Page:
Source: North Manchester Journal, June 12, 1902

The First Automobile. Olinger & Warvel, the bicycle men of the city, are the first to tackle the automobile proposition here. Last week they purchased a three-wheeled runabout made by the Crescent Bicycle company and have been putting the machine to good use ever since. It is propelled by a gasoline motor and is essentially the same as the larger automobiles run by the same force as far as the motor power is concerned. We are informed that the boys have purchased this rig for the purpose of familiarizing themselves with the mechanism and operation of automobile engines for repair work. It is a neat little outfit and will no doubt give the boys considerable satisfaction and pleasure. One thing seems sure and that is the boys deserve the credit for having the "sand" to tackle a proposition of this kind.

Source: North Manchester Journal, March 16, 1905

New Automobile Law.
The new automobile law will be satisfactory to all concerned. The bill regulates speed to eight miles an hour in the built up portion of the cities and towns, fifteen miles in the suburbs, and twenty miles in the open country. It requires the driver of the automobile to stop on signal from the driver of a horse and to signal any vehicle he is overtaking. It requires that he give half the road, but grants him half the road. One state license and one city license in the town where the machine is owned and one tag complete the requirements.

Source: North Manchester Journal, July 13, 1905

An automobile shod with iron tires passed through town Friday. It had one advantage over the rubber tire kind, for it did not need a horn or "tooter." It made more noise than a traction engine, and seemed to ride about as easily.

Source: North Manchester Journal, July 27, 1905

There were more strange automobiles in town Monday than had been here in a week before. There were all kinds from a little dinky red one about six feet long to a big grayhound as long as a locomotive and nearly as heavy.

Source: North Manchester Journal, August 31, 1905

An Ohio Automobile that is Proof Against Punctures.

An automobile that looked for all the world like a long express wagon with the tongue taken out dashed into town Monday morning, its iron shod wheels making noise enough to drown the voice of its big brass horn. The machine was owned and driven by Zachariah Arnold, of Darke county, Ohio, and was of his own manufacture. He had made all of it except the engine, and the handiwork showed a marked ingenuity. Its long bed was mounted on strong springs, and while he had but one seat on, yet there was room for one or two more seats. Dust guards shaped like the bows on a hay rack and covered with oil cloth and fastened over the wheels kept the dust from bothering the occupants. The front wheels rigged with toggle joints, and connected with the steering device. There were two driving chains, one for each of the hind wheels, and the machinery part ran along without a jolt or a jar.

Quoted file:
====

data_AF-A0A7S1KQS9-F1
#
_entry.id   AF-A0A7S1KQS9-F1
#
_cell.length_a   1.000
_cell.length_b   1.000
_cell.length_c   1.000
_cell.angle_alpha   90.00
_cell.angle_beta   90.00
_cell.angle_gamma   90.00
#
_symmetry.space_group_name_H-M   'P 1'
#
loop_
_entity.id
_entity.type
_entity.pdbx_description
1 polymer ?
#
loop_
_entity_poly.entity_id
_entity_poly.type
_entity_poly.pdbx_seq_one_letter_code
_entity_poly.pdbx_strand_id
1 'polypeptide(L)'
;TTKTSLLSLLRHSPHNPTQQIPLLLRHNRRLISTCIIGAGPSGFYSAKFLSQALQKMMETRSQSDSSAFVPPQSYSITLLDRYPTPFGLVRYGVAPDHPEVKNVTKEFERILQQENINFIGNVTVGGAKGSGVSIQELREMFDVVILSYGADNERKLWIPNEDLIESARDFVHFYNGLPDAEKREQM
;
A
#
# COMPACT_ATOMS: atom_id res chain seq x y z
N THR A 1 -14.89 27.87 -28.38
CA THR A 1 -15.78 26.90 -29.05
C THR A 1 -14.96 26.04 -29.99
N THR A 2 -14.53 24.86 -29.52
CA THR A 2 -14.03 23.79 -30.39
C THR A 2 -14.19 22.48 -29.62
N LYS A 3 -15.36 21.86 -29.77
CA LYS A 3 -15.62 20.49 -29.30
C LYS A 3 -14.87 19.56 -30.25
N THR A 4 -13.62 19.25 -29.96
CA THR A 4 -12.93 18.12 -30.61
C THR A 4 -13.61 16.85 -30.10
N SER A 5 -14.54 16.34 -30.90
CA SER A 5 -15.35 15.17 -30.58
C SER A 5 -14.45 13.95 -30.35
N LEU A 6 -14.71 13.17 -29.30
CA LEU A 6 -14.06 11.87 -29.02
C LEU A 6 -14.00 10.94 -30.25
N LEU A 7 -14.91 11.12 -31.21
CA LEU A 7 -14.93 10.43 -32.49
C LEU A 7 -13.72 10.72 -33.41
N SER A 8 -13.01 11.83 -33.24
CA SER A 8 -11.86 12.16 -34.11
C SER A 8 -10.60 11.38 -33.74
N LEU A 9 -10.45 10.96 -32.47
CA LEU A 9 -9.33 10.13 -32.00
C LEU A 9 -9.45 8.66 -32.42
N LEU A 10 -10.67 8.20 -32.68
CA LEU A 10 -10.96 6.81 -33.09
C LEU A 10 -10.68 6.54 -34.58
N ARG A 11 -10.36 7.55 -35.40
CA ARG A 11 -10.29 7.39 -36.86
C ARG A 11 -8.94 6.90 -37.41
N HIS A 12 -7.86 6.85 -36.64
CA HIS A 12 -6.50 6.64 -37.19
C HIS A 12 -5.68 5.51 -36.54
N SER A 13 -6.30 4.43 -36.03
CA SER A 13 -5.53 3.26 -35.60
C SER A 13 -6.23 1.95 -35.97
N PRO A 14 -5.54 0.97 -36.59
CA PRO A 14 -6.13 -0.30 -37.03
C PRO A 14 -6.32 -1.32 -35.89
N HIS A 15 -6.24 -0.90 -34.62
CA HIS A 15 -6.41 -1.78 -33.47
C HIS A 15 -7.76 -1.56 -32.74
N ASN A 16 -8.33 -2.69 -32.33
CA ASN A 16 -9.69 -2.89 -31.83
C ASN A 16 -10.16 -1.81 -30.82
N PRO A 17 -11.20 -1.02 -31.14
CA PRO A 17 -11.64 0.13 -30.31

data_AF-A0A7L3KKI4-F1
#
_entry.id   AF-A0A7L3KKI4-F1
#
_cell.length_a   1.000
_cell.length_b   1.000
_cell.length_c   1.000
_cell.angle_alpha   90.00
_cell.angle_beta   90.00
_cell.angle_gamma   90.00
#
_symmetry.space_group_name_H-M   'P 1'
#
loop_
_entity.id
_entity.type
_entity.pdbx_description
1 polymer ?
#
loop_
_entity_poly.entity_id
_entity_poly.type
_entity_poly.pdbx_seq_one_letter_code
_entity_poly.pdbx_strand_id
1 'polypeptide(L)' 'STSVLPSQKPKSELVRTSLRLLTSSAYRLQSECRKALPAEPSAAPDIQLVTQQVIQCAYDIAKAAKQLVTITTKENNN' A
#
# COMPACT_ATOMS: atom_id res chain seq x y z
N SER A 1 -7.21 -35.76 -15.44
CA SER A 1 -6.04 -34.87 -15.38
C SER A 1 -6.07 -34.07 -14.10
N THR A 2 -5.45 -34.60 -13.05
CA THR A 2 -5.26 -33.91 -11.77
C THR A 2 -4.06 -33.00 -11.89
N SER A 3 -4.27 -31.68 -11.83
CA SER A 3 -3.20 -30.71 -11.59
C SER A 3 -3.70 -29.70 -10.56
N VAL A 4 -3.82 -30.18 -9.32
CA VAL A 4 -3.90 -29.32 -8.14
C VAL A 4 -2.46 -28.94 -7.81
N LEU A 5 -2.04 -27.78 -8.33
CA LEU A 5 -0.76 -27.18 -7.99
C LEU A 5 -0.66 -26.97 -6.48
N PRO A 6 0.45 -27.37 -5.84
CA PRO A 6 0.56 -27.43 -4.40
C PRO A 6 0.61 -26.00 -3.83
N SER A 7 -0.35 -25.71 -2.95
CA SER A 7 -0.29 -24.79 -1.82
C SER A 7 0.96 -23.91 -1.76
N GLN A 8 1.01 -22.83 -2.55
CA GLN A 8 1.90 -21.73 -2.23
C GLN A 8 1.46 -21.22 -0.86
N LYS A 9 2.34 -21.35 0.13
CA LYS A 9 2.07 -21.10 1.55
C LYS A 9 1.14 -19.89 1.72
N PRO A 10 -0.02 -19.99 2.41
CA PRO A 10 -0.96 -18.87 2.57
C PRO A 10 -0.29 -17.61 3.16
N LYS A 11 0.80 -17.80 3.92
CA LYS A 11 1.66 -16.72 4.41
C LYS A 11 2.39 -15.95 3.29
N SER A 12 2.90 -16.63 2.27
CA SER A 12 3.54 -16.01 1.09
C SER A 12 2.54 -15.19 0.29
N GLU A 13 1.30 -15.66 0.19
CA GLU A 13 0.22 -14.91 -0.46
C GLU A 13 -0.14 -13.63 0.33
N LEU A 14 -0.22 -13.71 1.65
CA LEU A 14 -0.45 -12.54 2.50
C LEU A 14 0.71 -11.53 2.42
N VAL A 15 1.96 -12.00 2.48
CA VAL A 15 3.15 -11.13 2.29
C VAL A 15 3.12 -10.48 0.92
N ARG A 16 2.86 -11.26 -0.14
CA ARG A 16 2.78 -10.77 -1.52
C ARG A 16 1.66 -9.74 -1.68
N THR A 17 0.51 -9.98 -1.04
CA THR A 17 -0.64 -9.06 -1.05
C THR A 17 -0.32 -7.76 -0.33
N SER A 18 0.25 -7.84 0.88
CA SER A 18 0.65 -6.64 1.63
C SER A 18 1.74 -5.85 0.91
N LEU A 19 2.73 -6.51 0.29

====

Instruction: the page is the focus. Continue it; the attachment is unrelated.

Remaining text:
"It makes lots of noise when I get it on a paved street," said Mr. Arnold, and he smiled as he gave this unnecessary bit of information. "but I can climb hills that the other fellows can't go up, and my tire expense is practically nothing. I have no reason to fear a puncture, and I don't need to spend a hundred dollars or more each year for a new set of tires. And as for riding, well, on country roads and pikes I can't see but what it goes nearly as easy as the other kind, for my big, heavy springs take off most of the jar. My only trouble is that I have not enough power. My engine is only seven horse power and I ought to have had one twice as big." Mr. Arnold had been attending the Saints meeting at Yellow Creek and was on his way to his Ohio home.

Source: North Manchester Journal, November 11, 1909

Dr. D. Ginther received a new five passenger automobile of the Auburn make last week, having traded his old car of the same kind as partial payment. The new machine is up to date in every particular and one of the best in town. Dr. Ginther accompanied by A.G. Lautzenhiser and J.W. Domer went to Auburn Friday and brought the new car home, making the trip by way of Fort Wayne.